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Cleaner, cheaper power options for Otter Tail

February 2, 2012
Marshall Independent

To the editor:

Federal Regulators were right to insist that Otter Tail Power deal with its Big Stone Coal Plant pollution.

Unfortunately, state regulators at the Minnesota Public Utilities Commission got their part wrong.

The PUC voted to allow Otter Tail to invest nearly half a billion dollars of its customers' money in Big Stone - rather than phasing it out and replacing the power with natural gas and renewable energy, a cheaper and cleaner alternative.

These investments in a plant nearly 40 years old, commit Otter Tail Power to 40 more years of a coal-rich diet. Moreover, Otter Tail's customers are on the hook for the company's failure to diversify.

To protect public health and respond to the public desire for cleaner generation, Otter Tail Power needs to make big changes to its energy mix. It currently gets more than 85 percent of its electricity from coal - an increasingly risky proposition. Now is the time for Otter Tail to rebalance its mix of energy resources, especially as coal prices are forecast to significantly rise in the coming years.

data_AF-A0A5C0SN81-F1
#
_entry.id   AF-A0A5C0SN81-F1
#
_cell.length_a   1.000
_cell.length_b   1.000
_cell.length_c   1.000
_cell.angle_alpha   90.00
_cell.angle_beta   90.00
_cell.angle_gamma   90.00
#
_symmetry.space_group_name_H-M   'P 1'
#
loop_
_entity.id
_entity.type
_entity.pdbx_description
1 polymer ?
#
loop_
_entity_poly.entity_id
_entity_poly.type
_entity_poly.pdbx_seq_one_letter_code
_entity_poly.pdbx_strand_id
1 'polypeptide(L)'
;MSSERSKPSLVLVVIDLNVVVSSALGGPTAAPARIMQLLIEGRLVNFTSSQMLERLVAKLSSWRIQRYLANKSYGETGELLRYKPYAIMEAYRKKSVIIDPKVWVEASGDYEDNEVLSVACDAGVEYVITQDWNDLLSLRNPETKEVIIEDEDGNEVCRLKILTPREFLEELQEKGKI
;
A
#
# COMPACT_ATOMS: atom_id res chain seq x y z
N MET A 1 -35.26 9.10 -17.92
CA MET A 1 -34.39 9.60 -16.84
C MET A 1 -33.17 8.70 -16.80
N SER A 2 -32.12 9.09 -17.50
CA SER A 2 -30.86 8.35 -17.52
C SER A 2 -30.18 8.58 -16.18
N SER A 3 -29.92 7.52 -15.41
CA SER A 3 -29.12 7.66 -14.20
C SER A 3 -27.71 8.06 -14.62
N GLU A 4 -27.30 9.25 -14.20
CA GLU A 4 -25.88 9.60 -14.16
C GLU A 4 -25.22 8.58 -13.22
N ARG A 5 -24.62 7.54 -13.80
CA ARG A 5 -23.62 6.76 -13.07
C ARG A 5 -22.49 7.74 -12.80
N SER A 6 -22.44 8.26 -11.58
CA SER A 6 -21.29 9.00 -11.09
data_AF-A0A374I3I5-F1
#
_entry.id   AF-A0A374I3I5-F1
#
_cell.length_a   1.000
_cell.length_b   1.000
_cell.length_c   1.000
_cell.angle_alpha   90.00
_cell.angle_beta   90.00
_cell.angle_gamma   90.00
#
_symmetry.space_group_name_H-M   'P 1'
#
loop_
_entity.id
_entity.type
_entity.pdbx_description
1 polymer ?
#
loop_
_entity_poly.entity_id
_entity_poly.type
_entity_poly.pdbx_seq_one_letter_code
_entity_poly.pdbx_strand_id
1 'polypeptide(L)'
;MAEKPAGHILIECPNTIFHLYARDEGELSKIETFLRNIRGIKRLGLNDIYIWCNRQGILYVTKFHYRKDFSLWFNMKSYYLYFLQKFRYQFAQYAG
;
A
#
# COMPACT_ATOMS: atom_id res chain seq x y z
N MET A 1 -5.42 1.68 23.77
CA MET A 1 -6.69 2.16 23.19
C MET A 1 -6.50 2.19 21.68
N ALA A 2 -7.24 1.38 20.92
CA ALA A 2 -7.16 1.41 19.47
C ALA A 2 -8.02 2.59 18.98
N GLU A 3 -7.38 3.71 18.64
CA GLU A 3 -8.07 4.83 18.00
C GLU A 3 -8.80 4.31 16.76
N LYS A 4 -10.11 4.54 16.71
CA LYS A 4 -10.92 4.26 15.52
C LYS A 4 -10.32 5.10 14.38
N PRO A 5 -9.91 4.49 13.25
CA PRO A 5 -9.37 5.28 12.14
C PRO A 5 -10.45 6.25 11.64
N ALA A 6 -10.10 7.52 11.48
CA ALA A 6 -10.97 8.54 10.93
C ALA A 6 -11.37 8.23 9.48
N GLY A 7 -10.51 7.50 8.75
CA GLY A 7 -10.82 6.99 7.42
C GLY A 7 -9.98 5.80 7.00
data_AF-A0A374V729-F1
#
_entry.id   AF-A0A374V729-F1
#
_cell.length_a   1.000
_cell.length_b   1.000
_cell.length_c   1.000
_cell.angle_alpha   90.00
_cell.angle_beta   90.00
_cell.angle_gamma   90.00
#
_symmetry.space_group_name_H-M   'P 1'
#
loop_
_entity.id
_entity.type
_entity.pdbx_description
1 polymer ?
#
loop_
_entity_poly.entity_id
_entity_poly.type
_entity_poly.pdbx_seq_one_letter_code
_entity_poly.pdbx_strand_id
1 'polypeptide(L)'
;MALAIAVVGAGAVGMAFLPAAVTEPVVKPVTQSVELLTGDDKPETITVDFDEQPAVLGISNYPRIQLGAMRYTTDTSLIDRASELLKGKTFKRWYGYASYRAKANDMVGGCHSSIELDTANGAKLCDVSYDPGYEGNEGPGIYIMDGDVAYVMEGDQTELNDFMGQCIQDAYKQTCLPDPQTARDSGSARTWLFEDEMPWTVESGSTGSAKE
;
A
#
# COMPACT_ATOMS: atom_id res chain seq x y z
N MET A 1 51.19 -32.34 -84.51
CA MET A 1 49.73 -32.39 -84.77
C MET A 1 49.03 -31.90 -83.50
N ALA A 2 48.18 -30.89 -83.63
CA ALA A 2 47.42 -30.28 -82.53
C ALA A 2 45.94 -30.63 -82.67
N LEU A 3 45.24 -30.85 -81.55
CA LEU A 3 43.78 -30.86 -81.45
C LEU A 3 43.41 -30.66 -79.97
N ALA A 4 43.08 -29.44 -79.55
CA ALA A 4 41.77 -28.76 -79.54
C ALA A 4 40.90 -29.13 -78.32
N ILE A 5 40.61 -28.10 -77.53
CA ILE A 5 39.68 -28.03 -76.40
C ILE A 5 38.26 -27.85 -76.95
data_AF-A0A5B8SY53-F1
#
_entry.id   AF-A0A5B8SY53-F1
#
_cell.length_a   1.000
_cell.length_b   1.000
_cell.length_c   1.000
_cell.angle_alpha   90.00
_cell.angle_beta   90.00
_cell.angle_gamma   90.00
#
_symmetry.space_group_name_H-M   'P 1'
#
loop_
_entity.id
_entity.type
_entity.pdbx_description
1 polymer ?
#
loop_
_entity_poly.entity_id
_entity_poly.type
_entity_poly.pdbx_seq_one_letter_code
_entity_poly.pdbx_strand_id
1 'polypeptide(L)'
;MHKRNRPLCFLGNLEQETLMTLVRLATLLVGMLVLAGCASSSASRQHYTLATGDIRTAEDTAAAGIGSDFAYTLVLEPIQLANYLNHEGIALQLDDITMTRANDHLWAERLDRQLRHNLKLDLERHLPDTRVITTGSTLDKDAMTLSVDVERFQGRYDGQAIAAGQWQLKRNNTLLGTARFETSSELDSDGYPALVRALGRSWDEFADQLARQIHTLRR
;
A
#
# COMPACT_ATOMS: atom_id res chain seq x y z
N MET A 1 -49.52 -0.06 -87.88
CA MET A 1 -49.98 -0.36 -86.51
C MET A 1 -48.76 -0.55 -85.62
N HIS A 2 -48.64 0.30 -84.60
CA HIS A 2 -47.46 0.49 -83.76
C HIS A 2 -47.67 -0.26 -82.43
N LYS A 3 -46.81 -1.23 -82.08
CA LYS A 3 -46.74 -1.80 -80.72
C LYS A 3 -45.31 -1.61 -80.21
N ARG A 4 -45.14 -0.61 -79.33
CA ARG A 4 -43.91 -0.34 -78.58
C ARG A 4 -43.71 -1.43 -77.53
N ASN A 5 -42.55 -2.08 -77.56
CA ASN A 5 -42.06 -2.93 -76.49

In the wake of its questionable decision on Big Stone, the Minnesota Public Utilities Commission will soon order Otter Tail Power to look at replacing the power generated at its Hoot Lake Coal Plant with lower cost alternatives.

The PUC order will require Otter Tail to study the cost of retiring - versus upgrading the plant. Otter Tail prefers to burn more coal - spending millions of its customers' dollars to rehab Hoot Lake, a plant even older than Big Stone.

Later this year when the study is completed, the Minnesota Public Utilities Commission will have a fresh opportunity to make the right decision.

To protect public health and customer and investor pocketbooks, the PUC must order Otter Tail Power to replace Hoot Lake with a better, cleaner and cheaper alternative.

Duane Ninneman

Energy Consultant and Policy Analyst

Clean Up the River Environment

 
 

 

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